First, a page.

Jinnie found her dad in the bar with a cup of coffee and, pouring herself a cup, told him the board had made a decision and that it was the Potters Bar site. The future expansion possibilities seemed to have swung it despite it being a little more expensive in the short term. They were joined by Alberto who also poured himself a coffee and told them he had just rung Tony to tell him the board decision and to kick off the project formally the next morning. It was important they now secured the premises. Jinnie said, “I think I better ring Belinda and get her moving on full drawings for planning and building regulations before she takes on any work that might get in the way.”

Belinda was putting Melissa’s two children to bed, they were on a sleepover as their mum was out for a meal with some of her girlfriends and promised to ring her back in a few minutes. While waiting for the call she rejoined her dad and Alberto where her dad was giving Alberto an impromptu lesson in spreadsheets which appeared to be going over his head. Jinnie watched fascinated, she understood a little of what her dad was showing having played about a bit on her own laptop trying to write a spreadsheet to control her spending while at university. But some of the formulas and tricks he was explaining were way beyond her.

Jinnie’s mobile rang and she wandered into the empty restaurant to talk to Belinda. First she told her that the board had just decided to proceed with the dark kitchen project and that they were going for the Potters Bar option. “Excellent,” Belinda exclaimed, “There’s more work for me in that option.” Jinnie laughed and told her Tony would be running the project, but she had a few ideas she wanted to put to the board that if adopted would affect the project. She wanted to give her a heads-up so that she didn’t waste her team’s time producing drawings that had to be altered. Belinda laughed and said that all their drawings were produced as CAD 3D models using an architectural software package. This meant that once the existing building was modelled her designers could quickly add or delete walls, doors, windows ceilings, lights, machines and any other features. Andrew and Melissa took a copy of the model and added finishes and furniture to produce rendered images while the CAD operators produced the various drawings.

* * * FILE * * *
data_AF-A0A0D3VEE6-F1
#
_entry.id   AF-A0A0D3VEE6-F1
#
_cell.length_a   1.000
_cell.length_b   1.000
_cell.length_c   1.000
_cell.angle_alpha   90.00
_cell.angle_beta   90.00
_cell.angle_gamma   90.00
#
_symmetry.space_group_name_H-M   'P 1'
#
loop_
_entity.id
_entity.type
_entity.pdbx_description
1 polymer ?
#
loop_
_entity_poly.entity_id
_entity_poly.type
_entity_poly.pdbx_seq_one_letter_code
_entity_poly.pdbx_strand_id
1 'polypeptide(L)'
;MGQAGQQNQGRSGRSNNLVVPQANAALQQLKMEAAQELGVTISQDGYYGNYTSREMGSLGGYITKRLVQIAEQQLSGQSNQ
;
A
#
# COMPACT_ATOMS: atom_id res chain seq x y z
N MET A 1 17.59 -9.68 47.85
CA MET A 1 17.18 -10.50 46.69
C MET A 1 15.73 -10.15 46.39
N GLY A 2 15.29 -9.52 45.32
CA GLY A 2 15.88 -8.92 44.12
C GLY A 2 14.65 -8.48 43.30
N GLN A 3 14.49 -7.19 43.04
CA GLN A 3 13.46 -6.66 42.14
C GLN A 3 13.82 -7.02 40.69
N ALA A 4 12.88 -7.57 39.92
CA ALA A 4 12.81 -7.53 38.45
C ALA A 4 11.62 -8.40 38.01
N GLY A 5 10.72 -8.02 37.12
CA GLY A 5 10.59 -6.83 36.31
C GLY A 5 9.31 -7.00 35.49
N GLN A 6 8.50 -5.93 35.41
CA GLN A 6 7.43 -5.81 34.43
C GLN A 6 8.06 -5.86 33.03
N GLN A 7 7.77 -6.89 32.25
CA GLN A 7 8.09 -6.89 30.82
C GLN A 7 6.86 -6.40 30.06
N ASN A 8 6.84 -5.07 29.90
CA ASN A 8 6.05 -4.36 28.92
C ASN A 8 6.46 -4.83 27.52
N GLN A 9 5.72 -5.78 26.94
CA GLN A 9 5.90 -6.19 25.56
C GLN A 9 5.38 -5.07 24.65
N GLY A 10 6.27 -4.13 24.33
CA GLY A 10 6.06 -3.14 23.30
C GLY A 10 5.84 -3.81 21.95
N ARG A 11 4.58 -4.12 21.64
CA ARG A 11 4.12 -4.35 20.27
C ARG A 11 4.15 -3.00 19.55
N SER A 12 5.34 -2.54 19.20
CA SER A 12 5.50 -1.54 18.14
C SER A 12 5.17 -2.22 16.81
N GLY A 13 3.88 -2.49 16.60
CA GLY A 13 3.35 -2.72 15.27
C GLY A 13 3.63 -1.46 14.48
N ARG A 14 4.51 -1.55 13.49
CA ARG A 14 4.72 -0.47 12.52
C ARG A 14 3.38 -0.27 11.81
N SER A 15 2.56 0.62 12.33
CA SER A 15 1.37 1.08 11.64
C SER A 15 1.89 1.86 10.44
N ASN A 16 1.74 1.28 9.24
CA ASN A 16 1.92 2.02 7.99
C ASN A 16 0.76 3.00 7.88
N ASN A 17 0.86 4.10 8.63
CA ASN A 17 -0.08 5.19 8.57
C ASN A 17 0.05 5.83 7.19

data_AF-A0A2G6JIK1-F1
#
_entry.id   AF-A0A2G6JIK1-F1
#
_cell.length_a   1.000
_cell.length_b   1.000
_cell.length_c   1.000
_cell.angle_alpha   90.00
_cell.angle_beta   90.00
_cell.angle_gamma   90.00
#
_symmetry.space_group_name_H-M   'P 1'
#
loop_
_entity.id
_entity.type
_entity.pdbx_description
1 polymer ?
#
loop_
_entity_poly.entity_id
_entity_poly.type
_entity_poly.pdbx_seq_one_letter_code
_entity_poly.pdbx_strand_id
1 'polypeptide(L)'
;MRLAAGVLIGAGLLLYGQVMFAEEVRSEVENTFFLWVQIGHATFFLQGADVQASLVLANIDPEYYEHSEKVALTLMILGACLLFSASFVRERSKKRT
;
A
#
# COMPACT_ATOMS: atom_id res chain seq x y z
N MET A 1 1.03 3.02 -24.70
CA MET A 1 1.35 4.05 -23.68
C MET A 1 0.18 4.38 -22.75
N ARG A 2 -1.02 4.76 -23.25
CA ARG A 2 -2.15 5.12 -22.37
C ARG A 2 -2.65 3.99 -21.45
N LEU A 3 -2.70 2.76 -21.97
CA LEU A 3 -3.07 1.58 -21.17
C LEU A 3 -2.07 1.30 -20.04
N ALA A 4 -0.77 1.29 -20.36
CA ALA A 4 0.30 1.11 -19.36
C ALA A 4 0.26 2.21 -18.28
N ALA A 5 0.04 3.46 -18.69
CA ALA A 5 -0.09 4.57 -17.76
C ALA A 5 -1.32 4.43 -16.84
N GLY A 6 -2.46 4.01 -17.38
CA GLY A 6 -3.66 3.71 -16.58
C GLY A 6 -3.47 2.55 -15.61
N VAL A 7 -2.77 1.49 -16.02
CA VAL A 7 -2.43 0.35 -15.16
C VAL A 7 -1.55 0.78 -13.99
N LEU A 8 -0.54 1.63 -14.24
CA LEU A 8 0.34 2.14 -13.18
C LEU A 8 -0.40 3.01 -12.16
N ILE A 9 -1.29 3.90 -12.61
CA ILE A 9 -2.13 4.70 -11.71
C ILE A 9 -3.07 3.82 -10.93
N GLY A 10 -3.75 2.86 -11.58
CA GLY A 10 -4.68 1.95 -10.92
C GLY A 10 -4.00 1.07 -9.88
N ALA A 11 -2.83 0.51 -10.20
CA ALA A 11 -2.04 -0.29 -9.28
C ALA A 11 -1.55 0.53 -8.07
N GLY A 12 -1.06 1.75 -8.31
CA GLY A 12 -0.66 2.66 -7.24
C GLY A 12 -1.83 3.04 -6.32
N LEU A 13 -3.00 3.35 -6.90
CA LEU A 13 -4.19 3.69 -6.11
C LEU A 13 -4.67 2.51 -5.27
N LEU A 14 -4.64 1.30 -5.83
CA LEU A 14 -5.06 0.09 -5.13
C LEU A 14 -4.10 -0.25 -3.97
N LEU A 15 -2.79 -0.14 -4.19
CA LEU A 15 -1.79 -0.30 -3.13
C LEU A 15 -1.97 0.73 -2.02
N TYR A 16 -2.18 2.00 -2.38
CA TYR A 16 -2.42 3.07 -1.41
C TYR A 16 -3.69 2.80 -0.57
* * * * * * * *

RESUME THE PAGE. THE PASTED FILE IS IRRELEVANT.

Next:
Belinda said they often had customers come into the office and they would alter the model while they watched and rotated the 3D model so that they could see the changes from every direction. Jinnie was intrigued and said that one day she would love to see that and Belinda told her that next time she visited the Turners Hill restaurant, to left her know and she would love to have one of them show her the software. Jinnie then explained how she was thinking that it might be better to bring accounts, finance and HR in-house and that would mean a bit more of the building being refurbished. Belinda said, “OK, I guess Tony will be able to expand on what is required.”

Jinnie then explained that she thought they were now growing big enough to need a finance director and that as she had made a great recommendation in Tony, did she know anyone suitable? Belinda was silent for a short while and then said, “I have just gone through a similar exercise, we have been growing so fast I needed to bring some departments in-house, particularly accounts, but it was easy with the latest software for PCs that allows us to produce things like orders and invoices in-house. It sorts out the wages, income tax, National Insurance and VAT, just about all the jobs the accountants used to do for us. But I too needed a finance director. Not full time but maybe just a day a week.” “That’s just what I think we need,” said Jinnie, “Did you find someone?” “Absolutely,” replied Belinda, “my husband Brian. He was an experienced finance director in a big company but took early retirement as he only wanted to work a couple of days a week. One day is working for me and he is still looking for a second job. He has had a couple of offers but has turned them down saying he didn’t like the people he would be working for, but I know he likes you!”

In Chapter 16 – The Finance Director